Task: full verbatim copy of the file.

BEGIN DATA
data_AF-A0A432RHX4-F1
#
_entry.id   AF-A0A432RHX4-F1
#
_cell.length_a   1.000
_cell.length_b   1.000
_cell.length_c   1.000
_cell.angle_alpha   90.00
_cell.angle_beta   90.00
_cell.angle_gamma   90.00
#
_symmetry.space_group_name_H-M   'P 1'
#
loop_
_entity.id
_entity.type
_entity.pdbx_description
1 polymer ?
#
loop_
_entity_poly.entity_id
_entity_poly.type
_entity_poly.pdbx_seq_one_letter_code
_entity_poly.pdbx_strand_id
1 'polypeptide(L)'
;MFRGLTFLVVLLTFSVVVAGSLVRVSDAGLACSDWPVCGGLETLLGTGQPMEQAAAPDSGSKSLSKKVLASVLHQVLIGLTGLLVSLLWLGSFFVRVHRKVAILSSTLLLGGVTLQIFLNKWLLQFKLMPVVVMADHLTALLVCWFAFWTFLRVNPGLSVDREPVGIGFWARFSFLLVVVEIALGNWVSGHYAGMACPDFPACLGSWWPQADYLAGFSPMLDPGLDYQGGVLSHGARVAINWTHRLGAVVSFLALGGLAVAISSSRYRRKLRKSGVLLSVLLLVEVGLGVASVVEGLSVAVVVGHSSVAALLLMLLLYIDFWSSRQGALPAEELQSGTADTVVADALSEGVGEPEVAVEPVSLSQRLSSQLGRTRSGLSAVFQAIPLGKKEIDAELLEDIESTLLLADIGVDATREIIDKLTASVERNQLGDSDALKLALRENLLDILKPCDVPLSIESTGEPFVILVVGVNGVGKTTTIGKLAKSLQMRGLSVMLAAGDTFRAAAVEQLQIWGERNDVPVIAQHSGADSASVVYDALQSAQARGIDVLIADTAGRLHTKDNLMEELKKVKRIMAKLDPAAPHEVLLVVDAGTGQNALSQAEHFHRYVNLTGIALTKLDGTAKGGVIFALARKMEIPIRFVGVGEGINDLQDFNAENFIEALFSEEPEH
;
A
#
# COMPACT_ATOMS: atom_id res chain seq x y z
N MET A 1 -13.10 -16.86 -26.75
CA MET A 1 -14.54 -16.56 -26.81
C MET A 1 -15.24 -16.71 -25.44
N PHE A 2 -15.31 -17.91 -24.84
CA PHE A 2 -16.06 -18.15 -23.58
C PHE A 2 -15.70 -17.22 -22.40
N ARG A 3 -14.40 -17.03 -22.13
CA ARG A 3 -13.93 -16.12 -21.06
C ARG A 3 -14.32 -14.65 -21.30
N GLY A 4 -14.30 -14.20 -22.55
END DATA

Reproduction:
data_AF-A0A432RHX4-F1
#
_entry.id   AF-A0A432RHX4-F1
#
_cell.length_a   1.000
_cell.length_b   1.000
_cell.length_c   1.000
_cell.angle_alpha   90.00
_cell.angle_beta   90.00
_cell.angle_gamma   90.00
#
_symmetry.space_group_name_H-M   'P 1'
#
loop_
_entity.id
_entity.type
_entity.pdbx_description
1 polymer ?
#
loop_
_entity_poly.entity_id
_entity_poly.type
_entity_poly.pdbx_seq_one_letter_code
_entity_poly.pdbx_strand_id
1 'polypeptide(L)'
;MFRGLTFLVVLLTFSVVVAGSLVRVSDAGLACSDWPVCGGLETLLGTGQPMEQAAAPDSGSKSLSKKVLASVLHQVLIGLTGLLVSLLWLGSFFVRVHRKVAILSSTLLLGGVTLQIFLNKWLLQFKLMPVVVMADHLTALLVCWFAFWTFLRVNPGLSVDREPVGIGFWARFSFLLVVVEIALGNWVSGHYAGMACPDFPACLGSWWPQADYLAGFSPMLDPGLDYQGGVLSHGARVAINWTHRLGAVVSFLALGGLAVAISSSRYRRKLRKSGVLLSVLLLVEVGLGVASVVEGLSVAVVVGHSSVAALLLMLLLYIDFWSSRQGALPAEELQSGTADTVVADALSEGVGEPEVAVEPVSLSQRLSSQLGRTRSGLSAVFQAIPLGKKEIDAELLEDIESTLLLADIGVDATREIIDKLTASVERNQLGDSDALKLALRENLLDILKPCDVPLSIESTGEPFVILVVGVNGVGKTTTIGKLAKSLQMRGLSVMLAAGDTFRAAAVEQLQIWGERNDVPVIAQHSGADSASVVYDALQSAQARGIDVLIADTAGRLHTKDNLMEELKKVKRIMAKLDPAAPHEVLLVVDAGTGQNALSQAEHFHRYVNLTGIALTKLDGTAKGGVIFALARKMEIPIRFVGVGEGINDLQDFNAENFIEALFSEEPEH
;
A
#
# COMPACT_ATOMS: atom_id res chain seq x y z
N MET A 1 -13.10 -16.86 -26.75
CA MET A 1 -14.54 -16.56 -26.81
C MET A 1 -15.24 -16.71 -25.44
N PHE A 2 -15.31 -17.91 -24.84
CA PHE A 2 -16.06 -18.15 -23.58
C PHE A 2 -15.70 -17.22 -22.40
N ARG A 3 -14.40 -17.03 -22.13
CA ARG A 3 -13.93 -16.12 -21.06
C ARG A 3 -14.32 -14.65 -21.30
N GLY A 4 -14.30 -14.20 -22.55